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Johannesburg - As a white person working in the heart of the Joburg CBD in the early 1990s, social worker Louise Grenfell often feared for her life.
Grenfell, 48, who worked at Child Welfare, said she was concerned about South Africa. Everybody was.
“It was very unpredictable. The country was on a knife-edge. Things were very tense. We didn’t know what could happen.”
Zimbabwean-born Grenfell had moved to South Africa in the early 1980s with her South African mother. She finished school at Greenside High and went on to study at Wits. Today, Grenfell works at Glen Vista High School and lives in a modest house in Melville.
Like many other Gauteng residents she bemoans rising fuel costs and e-tolls.
Grenfell remembered 1994: “People who had never had a voice now had a voice. I felt the threat was close. As a white person, I felt targeted. People would not know that I supported their ideals.
But despite her fears, Grenfell did not flee the country. “It was exciting as well as scary. Especially since I was involved in fights for academic freedom at Wits.”
“We always had hope that things were going to get better. Things couldn’t get worse, but better. The powers-that-be would have to change things to get better.”
And things did change.
But 20 years on, Grenfell is sceptical. “The more things change the more they stay the same. In some ways my life has not changed. I live in the same house. I have as good enough a life as I can.”
But she is very concerned.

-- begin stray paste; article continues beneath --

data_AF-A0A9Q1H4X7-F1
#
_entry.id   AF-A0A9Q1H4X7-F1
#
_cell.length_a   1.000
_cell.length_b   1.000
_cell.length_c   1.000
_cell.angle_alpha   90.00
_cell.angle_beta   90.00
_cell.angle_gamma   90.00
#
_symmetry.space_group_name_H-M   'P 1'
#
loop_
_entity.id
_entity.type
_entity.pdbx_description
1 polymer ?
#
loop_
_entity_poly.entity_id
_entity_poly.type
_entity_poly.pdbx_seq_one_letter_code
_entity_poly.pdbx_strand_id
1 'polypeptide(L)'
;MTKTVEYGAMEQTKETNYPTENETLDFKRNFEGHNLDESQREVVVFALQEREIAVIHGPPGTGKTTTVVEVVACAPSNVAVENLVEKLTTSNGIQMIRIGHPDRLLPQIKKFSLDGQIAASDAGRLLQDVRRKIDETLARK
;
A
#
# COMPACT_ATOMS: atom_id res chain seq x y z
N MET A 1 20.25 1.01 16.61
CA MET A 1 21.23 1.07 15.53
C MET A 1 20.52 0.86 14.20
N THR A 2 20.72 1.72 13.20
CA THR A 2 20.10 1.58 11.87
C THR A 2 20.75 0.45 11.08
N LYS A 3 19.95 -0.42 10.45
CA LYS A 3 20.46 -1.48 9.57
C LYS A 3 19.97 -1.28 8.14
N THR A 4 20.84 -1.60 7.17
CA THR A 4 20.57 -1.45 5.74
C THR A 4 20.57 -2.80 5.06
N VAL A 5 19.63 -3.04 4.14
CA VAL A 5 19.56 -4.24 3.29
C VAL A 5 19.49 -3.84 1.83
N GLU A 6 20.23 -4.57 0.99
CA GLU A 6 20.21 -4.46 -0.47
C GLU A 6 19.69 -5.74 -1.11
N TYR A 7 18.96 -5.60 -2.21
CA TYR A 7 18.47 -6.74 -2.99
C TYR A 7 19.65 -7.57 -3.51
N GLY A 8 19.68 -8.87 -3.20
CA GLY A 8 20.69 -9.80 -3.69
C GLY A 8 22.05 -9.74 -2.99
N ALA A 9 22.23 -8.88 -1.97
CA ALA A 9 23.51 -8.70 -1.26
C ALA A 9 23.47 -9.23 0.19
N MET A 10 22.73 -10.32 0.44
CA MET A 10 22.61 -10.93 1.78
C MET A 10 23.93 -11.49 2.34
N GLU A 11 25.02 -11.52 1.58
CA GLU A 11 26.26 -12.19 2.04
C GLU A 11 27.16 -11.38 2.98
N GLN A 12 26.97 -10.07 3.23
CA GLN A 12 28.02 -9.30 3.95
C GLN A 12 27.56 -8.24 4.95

Police shooting at citizens is exactly what happened during apartheid, said Grenfell. Only this time round, it can’t be called apartheid but pure violence.
The tax is out of proportion and the cost of living is hugely expensive. Crime is a problem. Week in, week out she hears tales from traumatised students of hijackings and shootings – the nasty side of South Africa, as she calls it.
“The freedom and democracy that people died for and suffered for has seemingly not turned out in a way that was the dream. For all the build-up that it took to get this vote, it has deteriorated into a cesspit of lying, deception and corruption.”
Is there a silver lining? Yes, said Grenfell. The compassion that exists.
“Although we are not near where we need to be, people are willing to help. There are so many good hearted souls who want to do good not only for themselves but for others too.”
Grenfell will go to the polls this year – like she has every other time she was able to.
This time round though, she is voting for change.
However, whether the change will come, she says, remains to be seen.